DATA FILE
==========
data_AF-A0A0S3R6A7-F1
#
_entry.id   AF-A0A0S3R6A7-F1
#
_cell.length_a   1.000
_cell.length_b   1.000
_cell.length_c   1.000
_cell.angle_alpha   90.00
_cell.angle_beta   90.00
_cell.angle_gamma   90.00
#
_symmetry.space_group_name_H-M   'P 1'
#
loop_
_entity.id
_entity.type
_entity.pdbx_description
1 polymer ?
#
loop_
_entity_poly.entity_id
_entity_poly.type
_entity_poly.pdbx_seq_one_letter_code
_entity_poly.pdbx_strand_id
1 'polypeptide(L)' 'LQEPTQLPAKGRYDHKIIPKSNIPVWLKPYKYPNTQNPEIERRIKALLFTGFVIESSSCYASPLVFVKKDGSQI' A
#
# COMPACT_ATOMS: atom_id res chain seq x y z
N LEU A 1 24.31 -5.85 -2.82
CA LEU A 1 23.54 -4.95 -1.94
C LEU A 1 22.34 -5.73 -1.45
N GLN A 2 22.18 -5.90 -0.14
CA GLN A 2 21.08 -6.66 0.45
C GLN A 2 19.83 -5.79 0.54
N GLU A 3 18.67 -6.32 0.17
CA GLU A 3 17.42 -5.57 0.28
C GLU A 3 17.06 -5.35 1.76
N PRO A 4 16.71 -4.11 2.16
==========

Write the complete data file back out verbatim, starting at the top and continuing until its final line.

data_AF-A0A0S3R6A7-F1
#
_entry.id   AF-A0A0S3R6A7-F1
#
_cell.length_a   1.000
_cell.length_b   1.000
_cell.length_c   1.000
_cell.angle_alpha   90.00
_cell.angle_beta   90.00
_cell.angle_gamma   90.00
#
_symmetry.space_group_name_H-M   'P 1'
#
loop_
_entity.id
_entity.type
_entity.pdbx_description
1 polymer ?
#
loop_
_entity_poly.entity_id
_entity_poly.type
_entity_poly.pdbx_seq_one_letter_code
_entity_poly.pdbx_strand_id
1 'polypeptide(L)' 'LQEPTQLPAKGRYDHKIIPKSNIPVWLKPYKYPNTQNPEIERRIKALLFTGFVIESSSCYASPLVFVKKDGSQI' A
#
# COMPACT_ATOMS: atom_id res chain seq x y z
N LEU A 1 24.31 -5.85 -2.82
CA LEU A 1 23.54 -4.95 -1.94
C LEU A 1 22.34 -5.73 -1.45
N GLN A 2 22.18 -5.90 -0.14
CA GLN A 2 21.08 -6.66 0.45
C GLN A 2 19.83 -5.79 0.54
N GLU A 3 18.67 -6.32 0.17
CA GLU A 3 17.42 -5.57 0.28
C GLU A 3 17.06 -5.35 1.76
N PRO A 4 16.71 -4.11 2.16